Everyone wants to find that rare, unique love that's "sweet as cherry wine" but before you indulge yourself in a relationship, make sure you look deeper into the other person and how they behave around you rather than just a taste of their personality. Andrew Hozier-Byrne had written the song "Cherry Wine" to use his fame to speak out about the effects of domestic violence in today's society. He paired up with #FaceUpToDomesticViolence campaign who gave him over 20 organizations that protect domestic abuse victims that he donated all proceeds off of this single. After finding out the statistics of one in three women and one in four men being victims, Hozier decided to take a stand that is somewhat obvious but has a much deeper meaning when analyzed.

If you have not seen the video, watch it here:

This song is written in the perspective of a man being abused by a woman, the video is in the perspective of a woman being abused by a man. It shows an apparently loving relationship full of smiles and affection until the woman takes off her makeup before bed and reveals a black eye which her lover then kisses.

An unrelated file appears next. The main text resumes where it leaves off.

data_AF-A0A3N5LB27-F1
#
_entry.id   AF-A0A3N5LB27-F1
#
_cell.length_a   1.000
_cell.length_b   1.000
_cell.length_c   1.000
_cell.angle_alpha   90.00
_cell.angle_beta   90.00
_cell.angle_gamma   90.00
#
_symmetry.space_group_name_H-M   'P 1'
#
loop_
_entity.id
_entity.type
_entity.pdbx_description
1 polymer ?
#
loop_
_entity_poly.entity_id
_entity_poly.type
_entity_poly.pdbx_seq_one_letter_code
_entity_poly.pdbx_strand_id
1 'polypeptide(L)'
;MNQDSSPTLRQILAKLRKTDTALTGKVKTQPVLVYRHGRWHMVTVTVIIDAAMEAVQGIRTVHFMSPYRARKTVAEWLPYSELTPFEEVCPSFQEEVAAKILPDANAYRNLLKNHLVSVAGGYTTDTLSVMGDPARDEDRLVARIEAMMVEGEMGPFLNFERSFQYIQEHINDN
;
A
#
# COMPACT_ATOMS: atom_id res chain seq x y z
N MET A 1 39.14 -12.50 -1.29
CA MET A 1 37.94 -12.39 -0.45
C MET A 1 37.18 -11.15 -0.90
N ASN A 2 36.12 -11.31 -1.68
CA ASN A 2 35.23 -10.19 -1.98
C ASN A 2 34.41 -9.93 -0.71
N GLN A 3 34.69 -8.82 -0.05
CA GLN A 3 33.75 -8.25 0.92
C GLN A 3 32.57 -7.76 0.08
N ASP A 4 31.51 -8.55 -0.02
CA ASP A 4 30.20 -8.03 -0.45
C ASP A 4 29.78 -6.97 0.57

Even if you have not seen the video, the lyrics are bound to pull at your heart strings. Hozier speaks about how his mother expresses her concern about him being in a bad relationship but he refuses to acknowledge it. He speaks of the ice in her words and how her anger burns like "rum on a fire". The next thing he goes on to speak about is how "her fight and fury is fiery, oh but she loves like sleep to the freezing" alluding to the initial abuse burning but eventually you don't end up feeling the pain.

The most powerful lyricism expressed in this song by far is the chorus where he justifies the abuse because he has never had a love so sweet and how he's lucky to have her anyways. The chorus goes, "It looks ugly, but it's clean. Oh momma don't fuss over me. Calls of guilty thrown at me, I'm all but washed in the tides of her breathing. But I want it, it's a crime... open hand or closed fist would be fine. The blood is rare and sweet as cherry wine." If you take a look into the meaning behind the lyrics as experiences rather than just words, you get into the mind of an abuse victim. They know that the wounds are there and unappealing but they think that they can handle themselves without help. Though they know that they don't do anything wrong, they can't help but feel guilty or ashamed when their abuser gets angry. However, no matter what happens, they are addicted to the love they get.

Whether you or a loved one are in this situation, it is important to know that nothing is the victim's fault. There is so much more to cutting off an abusive lover than just leaving as it may not be safe. If you are in this situation or know someone that is, please call the National Domestic Violence Hotline at 1−800−799−7233. If you are concerned about yourself or a loved one, you can also visit https://www.domesticshelters.org to find local resources, information, and statistics.